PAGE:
This man wants to put the squeeze on drivers. And save lives.
Jeff Speck, the best selling author of Walkable City, has recently been making a strong case for the narrowing of “main streets” – the busy collector streets in cities across North America. Speck advocates redesigning the driving lanes on these streets from a 12 ft standard width to 10 ft.
Curious about how the concept would apply, the Institute for Quality Communities at Oklahoma University noted that only 6% of streets in Oklahoma would meet Speck’s width guidelines.
Speck may be the most visible voice for narrower driving lanes but even technical authorities are coming around. The Urban Street Design Guide of NACTO (National Association of City Transportation Officials – a U.S. organization) says “lane widths of 10 feet are appropriate in urban areas and have a positive impact on a street’s safety without impacting traffic operations.”
Here in Greater Victoria, our group has noted for some time that wide streets deliver fast cars, difficult crossings, and no real benefits to the places they intersect. Doing a quick check based on Speck’s 10 foot criterion finds many of our main connector streets (typically classified as arterials by traffic engineers) need to go on a diet. 10 feet translates into about 3 metres. If we allow 2.5 metres for parking lanes on either side, and 3 metres for two driving lanes, the standard connector street should be 11 metres wide. Many of ours are 13 or 14m.
Take, for example, Cook Street south alongside Beacon Hill Park, and Oak Bay Avenue east of Fort St.
Here’s a look at Cook:
The City of Victoria recently lowered the speed limit on Cook from 50 km/h to 40, in a desire to slow cars down. Unfortunately, posted signs have little effect on behaviour.
What does change driver behaviour is the design and environment of the roadway. Oversimplified, if we create wide open sight lines and big expanses of asphalt, drivers naturally get the “all clear” signal to step on the gas. Intuitively, we would think that clear sight lines for drivers are safer than cluttered, complicated sight lines, right? That’s what engineers have always believed – it’s become a mantra.
What Speck shows is that the opposite is true. Drivers slow down when things get “busy” – when parked cars are close, when there are multiple pedestrian crossings, when sight lines are unclear. To quote Speck, “On city streets, most drivers ignore posted speed limits, and instead drive the speed at which they feel safe. That speed is set by the cues provided by the environment. Are there other cars near me? Is an intersection approaching? Can I see around that corner? Are there trees and buildings near the road? Are there people walking or biking nearby? And: How wide is my lane?”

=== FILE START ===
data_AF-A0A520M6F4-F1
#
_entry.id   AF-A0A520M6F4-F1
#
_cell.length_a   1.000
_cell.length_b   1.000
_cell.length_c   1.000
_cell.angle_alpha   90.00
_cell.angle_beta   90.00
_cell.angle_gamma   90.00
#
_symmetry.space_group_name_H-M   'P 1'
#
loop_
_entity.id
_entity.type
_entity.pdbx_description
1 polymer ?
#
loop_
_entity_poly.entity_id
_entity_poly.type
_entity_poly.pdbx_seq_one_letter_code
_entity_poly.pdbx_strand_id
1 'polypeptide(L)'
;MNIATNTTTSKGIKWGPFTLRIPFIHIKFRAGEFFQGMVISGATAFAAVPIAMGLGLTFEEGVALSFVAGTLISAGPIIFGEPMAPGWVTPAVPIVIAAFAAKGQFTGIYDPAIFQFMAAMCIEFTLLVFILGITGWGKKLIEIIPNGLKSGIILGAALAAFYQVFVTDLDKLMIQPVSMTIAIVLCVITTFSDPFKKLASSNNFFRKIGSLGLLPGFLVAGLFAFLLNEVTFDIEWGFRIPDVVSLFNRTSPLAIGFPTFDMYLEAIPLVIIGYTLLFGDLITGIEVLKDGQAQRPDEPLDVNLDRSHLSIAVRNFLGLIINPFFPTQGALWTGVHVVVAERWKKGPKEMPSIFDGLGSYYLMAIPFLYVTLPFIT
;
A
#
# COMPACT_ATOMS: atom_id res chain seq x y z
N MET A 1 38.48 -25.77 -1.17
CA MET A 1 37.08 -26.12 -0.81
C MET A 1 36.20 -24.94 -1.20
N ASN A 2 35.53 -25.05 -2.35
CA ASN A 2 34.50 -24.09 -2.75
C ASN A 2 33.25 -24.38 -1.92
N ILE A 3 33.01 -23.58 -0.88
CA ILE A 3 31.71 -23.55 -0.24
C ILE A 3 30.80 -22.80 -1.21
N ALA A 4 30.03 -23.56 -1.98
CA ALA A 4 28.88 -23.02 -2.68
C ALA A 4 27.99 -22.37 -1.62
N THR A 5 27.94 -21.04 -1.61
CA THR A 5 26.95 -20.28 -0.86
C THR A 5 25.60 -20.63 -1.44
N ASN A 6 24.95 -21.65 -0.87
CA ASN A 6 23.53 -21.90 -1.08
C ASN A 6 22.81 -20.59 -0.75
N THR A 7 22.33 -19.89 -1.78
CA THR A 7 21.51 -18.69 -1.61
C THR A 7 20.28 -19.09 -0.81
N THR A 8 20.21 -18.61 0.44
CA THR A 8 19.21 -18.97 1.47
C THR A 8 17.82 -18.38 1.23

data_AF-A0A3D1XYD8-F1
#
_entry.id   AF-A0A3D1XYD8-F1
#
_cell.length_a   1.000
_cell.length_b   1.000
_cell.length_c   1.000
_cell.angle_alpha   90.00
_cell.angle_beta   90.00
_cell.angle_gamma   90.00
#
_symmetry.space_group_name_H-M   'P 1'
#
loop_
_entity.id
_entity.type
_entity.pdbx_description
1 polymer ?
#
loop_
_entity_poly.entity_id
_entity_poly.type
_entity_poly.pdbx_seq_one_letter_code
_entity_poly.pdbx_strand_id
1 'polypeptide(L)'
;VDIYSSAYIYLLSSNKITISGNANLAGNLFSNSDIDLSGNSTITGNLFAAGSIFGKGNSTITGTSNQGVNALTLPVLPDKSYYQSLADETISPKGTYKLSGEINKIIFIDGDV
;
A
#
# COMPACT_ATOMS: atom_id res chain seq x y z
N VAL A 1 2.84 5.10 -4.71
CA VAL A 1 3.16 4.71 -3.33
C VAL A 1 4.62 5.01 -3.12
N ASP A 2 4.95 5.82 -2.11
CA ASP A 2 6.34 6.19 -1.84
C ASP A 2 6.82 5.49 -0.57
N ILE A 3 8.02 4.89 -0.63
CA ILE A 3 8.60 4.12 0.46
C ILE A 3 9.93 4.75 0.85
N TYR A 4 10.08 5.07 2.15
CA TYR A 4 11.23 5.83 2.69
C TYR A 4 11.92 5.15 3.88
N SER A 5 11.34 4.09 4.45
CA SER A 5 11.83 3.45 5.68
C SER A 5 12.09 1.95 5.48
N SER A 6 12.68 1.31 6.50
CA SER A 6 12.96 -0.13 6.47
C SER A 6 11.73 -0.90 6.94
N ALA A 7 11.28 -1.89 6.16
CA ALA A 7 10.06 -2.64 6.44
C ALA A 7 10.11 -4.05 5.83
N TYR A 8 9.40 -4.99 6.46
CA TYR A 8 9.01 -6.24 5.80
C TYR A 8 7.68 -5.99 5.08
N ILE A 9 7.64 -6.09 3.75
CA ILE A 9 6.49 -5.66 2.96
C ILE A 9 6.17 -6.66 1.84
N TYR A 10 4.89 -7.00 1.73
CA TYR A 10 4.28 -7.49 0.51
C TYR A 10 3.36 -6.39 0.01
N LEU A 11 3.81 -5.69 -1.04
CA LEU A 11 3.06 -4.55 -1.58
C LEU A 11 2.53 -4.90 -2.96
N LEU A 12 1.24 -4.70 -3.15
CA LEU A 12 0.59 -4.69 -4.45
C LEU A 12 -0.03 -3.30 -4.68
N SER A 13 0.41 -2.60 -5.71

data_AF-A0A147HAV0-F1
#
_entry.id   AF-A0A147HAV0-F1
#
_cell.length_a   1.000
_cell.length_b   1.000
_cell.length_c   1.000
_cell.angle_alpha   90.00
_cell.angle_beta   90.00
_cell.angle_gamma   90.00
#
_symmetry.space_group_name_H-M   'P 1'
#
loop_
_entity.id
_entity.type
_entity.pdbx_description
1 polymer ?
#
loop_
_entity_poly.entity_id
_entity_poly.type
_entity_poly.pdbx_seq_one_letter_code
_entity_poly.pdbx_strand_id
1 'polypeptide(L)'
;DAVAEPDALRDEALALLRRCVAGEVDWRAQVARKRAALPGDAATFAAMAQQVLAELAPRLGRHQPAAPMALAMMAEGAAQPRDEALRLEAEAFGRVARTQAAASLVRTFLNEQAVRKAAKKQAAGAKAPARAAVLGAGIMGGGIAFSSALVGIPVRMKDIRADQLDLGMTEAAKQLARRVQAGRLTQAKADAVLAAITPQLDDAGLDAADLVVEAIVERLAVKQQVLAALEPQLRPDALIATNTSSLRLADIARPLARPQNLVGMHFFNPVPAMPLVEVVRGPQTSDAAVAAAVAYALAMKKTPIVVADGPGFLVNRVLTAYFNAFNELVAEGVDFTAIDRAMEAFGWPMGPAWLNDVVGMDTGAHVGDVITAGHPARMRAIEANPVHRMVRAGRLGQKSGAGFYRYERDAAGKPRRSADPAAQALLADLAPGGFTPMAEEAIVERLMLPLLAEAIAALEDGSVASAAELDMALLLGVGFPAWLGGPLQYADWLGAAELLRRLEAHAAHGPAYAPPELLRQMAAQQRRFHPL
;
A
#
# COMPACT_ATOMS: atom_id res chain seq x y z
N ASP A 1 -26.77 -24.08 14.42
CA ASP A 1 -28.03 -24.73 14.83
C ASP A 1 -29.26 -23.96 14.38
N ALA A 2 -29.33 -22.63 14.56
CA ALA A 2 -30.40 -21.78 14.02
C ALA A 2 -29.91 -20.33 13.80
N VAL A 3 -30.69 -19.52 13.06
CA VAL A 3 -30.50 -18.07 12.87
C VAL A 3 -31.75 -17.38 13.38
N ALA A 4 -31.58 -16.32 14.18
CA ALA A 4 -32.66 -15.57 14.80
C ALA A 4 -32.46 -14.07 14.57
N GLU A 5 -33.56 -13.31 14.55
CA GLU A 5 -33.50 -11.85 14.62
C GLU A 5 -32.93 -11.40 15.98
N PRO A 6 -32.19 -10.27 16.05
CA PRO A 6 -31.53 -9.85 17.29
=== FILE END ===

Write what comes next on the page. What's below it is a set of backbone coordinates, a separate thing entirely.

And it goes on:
Slower cars get in fewer accidents and, perhaps most significantly, when they do collide with a bike or pedestrian the damage is significantly reduced. Low speeds save lives. Narrower lanes slow drivers down.
Let’s take another look at a local arterial, Oak Bay Avenue, which runs from near the bay it is named for, in Oak Bay municipality, west into the City of Victoria and then changing name (as we love to do here), becoming Pandora Avenue. Here’s what a typical travel pattern looks like on Oak Bay Avenue, courtesy of Google Street View.
Another shot of the same scene:
Now when we look at situations like this, it becomes apparent that we can improve two things at once: slow vehicles down (for the safety of all travelers), and give people on bikes a safer zone. That is accomplished by what is known as “parking protected bike lanes” or “floating parking.” Move the parking lanes away from the curb, so that they narrow the driving lane. Give the bikes the 1.5 metres between the parked cars and the sidewalk.
Not only are bikes separated from moving cars in that design, they are less likely to be “doored” – given that fewer passenger doors are opening than are driver doors. And there is a business benefit: cyclists, who like pedestrians are moving at a slower speed and can actually see storefronts as they pass, are better exposed to the retail environment along the street.
Here’s a sketch of that design.
And here’s a real life application.
So there it is: an opportunity. This safer street design is also, on many streets, a very economical fix. On streets with no corner bulb-outs, there is no or virtually no actual concrete and asphalt to be changed. Street markings have to be changed, and some posts or other barriers to prevent parking cars from cheating into the protected bike lane.
The safety argument should be compelling enough. But we can also add a values discussion to these decisions. We need to shift from seeing streets as only serving the movement of vehicles (‘more and faster is better’) to seeing streets as serving the community. People walking from a residential neighbourhood like Fairfield to the city’s major park should not be (as in the photo below) having to push strollers alongside fast moving vehicles. Vulnerable bikes and people on foot need greater physical protection than we give them.
Let’s reimagine our streets.
A practical next step to do that is to run a number of pilot projects: from one day to one year demonstrations of what redesigned streets can do for our neighbourhoods.